Is software your vocation or just a job? 

When I was a tutor at university, there were three main types of students I saw in the lab: the Googlers who would search for an answer or three (in those days Experts Exchange, today Stack Overflow), mangle something together then either figure it out and simplify or give up ; the ones who cared about the craft of software development and usually just needed a nudge in the right direction with a good question or two (I remember a couple of girls telling me they liked me as a tutor because I helped them feel smart, figuring it out for themselves) ; and the ones who just wanted to do enough to get a job.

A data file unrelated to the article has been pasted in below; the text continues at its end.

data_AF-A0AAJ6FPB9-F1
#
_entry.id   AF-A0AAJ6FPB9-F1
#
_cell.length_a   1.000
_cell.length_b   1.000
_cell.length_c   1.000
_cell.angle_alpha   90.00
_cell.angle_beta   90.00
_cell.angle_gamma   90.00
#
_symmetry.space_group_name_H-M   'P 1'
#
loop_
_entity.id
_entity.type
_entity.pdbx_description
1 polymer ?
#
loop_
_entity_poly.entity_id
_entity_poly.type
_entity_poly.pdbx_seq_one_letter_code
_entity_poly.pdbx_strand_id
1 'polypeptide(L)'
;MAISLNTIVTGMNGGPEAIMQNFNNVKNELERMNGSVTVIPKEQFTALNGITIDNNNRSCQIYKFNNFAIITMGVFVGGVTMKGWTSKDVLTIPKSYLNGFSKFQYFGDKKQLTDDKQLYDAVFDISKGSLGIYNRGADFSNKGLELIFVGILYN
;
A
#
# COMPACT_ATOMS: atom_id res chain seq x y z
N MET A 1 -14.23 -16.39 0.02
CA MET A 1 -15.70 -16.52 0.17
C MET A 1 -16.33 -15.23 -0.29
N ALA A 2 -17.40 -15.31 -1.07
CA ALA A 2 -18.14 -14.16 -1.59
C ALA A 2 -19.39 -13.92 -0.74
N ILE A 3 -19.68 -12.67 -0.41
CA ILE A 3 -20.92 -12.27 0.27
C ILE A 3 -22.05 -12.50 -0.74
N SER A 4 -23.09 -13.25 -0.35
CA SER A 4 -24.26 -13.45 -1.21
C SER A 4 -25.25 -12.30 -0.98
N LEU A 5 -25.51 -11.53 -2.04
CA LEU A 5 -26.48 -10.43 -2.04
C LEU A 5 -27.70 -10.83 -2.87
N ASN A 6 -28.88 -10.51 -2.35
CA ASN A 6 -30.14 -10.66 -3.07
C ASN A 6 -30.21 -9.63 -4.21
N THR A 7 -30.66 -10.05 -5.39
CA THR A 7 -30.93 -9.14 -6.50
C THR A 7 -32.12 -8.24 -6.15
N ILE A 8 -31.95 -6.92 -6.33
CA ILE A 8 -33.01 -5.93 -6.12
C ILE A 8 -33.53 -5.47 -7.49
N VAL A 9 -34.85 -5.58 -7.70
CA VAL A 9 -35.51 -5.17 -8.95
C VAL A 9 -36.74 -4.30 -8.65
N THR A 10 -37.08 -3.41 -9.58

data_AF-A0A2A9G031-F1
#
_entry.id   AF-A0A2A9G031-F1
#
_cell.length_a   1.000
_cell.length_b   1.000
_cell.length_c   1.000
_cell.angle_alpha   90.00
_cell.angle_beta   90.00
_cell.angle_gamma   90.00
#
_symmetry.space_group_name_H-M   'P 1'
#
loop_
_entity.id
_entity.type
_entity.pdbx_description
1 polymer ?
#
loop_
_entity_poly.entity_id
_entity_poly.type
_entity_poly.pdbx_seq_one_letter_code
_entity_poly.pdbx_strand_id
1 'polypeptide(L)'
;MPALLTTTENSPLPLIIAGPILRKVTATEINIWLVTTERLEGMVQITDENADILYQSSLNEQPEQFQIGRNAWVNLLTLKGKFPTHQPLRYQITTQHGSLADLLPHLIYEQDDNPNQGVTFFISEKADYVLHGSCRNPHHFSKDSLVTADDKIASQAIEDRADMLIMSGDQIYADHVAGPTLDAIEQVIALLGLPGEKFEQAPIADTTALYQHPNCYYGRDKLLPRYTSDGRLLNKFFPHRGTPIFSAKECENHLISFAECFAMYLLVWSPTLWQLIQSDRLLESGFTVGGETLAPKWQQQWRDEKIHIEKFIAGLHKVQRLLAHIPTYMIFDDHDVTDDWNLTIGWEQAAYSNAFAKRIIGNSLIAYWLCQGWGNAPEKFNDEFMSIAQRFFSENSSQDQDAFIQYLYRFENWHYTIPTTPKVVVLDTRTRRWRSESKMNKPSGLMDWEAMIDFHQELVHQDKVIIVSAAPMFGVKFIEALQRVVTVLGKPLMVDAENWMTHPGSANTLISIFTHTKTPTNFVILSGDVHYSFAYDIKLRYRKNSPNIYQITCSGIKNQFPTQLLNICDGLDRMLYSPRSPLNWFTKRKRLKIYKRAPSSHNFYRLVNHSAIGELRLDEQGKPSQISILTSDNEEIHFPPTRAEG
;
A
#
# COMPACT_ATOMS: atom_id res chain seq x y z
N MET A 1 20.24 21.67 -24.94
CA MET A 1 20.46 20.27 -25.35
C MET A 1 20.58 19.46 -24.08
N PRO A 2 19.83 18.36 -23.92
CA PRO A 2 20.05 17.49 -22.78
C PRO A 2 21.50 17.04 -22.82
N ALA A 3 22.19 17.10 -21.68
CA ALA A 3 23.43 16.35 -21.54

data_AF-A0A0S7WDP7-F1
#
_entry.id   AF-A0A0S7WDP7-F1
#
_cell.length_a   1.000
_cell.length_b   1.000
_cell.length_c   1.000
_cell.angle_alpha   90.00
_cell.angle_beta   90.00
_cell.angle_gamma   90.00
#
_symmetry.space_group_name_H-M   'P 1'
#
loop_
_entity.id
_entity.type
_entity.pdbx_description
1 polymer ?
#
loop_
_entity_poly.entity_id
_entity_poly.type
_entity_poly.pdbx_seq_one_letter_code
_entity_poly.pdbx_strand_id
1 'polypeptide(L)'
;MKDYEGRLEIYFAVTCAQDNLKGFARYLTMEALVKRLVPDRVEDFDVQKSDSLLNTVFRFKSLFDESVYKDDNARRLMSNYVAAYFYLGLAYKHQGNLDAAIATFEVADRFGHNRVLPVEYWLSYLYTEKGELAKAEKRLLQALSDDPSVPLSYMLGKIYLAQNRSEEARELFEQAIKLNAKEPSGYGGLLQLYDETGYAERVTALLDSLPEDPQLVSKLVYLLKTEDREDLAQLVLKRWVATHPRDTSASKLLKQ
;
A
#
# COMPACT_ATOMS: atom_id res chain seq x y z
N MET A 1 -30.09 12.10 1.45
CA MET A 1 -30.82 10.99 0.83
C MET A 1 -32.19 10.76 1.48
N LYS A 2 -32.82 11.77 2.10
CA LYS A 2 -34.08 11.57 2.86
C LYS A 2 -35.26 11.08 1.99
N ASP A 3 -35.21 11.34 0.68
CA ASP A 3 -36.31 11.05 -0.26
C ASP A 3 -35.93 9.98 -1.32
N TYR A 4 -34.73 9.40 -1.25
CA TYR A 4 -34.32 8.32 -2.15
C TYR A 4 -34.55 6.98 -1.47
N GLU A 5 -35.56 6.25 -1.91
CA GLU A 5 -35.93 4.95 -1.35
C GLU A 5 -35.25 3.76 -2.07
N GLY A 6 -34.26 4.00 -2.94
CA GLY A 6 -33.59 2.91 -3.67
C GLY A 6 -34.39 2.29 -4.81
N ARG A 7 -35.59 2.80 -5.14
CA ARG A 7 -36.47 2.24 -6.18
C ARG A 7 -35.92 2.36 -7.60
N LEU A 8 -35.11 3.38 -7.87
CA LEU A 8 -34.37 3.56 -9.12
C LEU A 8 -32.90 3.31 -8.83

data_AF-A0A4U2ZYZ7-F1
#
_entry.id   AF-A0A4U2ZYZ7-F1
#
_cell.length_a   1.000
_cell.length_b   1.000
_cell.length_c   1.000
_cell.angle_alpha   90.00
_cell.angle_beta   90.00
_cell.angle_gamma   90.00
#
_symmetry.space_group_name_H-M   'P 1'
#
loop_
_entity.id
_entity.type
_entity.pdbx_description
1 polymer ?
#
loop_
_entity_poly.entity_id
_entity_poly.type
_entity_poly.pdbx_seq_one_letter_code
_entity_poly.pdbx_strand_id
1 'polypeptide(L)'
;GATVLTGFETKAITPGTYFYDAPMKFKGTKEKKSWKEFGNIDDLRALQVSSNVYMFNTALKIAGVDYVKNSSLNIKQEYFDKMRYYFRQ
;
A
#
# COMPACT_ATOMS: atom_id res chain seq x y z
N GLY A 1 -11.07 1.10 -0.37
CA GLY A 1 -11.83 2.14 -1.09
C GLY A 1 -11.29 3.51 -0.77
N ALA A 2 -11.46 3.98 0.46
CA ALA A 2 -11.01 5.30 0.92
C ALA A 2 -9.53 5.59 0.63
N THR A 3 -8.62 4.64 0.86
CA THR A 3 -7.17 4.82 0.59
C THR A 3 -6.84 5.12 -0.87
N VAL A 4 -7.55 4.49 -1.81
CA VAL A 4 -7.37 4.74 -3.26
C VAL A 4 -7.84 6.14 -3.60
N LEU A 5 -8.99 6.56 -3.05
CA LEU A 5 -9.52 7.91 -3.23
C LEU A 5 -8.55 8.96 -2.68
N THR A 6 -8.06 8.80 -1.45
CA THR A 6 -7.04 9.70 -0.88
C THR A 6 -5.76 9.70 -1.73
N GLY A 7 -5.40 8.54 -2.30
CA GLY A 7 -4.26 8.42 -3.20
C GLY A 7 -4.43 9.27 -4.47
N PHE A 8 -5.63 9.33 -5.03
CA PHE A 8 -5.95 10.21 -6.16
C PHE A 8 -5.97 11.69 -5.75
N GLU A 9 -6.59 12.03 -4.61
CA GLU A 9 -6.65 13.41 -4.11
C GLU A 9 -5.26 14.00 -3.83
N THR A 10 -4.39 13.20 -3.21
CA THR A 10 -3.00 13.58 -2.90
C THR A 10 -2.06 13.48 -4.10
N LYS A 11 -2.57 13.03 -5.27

I’ve nothing against the folks doing it just  the money, but those are the people that waterfall is for. They need structure and guidance to perform well, and that tends to happen in places where software is a component in an expensive system that has to be built by committee in a waterfall fashion. Sometimes they’ll be promoted to management and make a good job of it, sometimes they’ll be left behind by the thinkers on the team. 

The ones who think, the ones who ask questions, and who never accept “That’s the way we’ve always done things” as an answer are the ones built for modern software-as-a-solution development. The Googlers can become thinkers if they take ownership of what they wrote, or if it’s a clue for them to apply to their own code. 

If you’re not a thinker. I hope I never encounter your code outside a warning. 

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